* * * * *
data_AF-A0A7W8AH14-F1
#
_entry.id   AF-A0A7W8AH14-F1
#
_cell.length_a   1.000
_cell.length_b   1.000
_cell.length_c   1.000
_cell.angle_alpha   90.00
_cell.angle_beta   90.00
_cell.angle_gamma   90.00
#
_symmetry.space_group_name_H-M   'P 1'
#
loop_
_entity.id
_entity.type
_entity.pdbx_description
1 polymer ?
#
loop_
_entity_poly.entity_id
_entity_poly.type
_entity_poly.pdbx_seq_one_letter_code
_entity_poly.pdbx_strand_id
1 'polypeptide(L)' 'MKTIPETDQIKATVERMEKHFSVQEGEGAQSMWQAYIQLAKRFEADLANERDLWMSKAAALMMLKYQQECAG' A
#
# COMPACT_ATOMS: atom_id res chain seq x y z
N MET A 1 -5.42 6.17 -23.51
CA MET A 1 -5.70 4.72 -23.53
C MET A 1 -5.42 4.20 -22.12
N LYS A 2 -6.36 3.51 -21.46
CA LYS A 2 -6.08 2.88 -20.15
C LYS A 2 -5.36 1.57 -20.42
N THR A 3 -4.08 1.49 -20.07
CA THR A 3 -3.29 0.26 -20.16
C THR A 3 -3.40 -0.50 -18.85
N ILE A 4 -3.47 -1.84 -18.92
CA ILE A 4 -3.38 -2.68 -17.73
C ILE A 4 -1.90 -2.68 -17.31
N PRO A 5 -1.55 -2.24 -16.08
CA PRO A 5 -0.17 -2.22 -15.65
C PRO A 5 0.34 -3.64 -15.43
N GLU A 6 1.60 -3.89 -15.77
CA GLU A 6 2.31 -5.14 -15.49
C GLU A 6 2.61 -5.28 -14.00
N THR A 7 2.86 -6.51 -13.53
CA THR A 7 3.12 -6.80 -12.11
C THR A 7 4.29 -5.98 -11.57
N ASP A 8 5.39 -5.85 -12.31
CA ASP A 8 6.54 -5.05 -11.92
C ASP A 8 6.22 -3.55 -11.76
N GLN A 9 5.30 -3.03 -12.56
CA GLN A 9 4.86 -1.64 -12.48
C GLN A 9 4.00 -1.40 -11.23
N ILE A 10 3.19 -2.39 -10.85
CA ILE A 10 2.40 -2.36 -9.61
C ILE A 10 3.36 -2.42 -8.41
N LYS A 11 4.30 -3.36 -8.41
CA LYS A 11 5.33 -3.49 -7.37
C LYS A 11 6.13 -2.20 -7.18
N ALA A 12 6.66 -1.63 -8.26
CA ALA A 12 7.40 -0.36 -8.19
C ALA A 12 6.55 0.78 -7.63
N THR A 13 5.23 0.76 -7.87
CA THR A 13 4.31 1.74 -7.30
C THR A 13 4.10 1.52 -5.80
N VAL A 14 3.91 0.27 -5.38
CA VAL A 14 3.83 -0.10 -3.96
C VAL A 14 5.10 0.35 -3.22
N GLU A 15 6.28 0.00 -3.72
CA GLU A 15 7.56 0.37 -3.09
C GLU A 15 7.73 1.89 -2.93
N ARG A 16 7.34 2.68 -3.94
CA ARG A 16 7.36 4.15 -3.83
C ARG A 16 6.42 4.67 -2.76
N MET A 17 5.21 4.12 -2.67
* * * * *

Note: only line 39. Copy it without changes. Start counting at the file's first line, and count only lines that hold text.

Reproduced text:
C ILE A 4 -1.90 -2.68 -17.31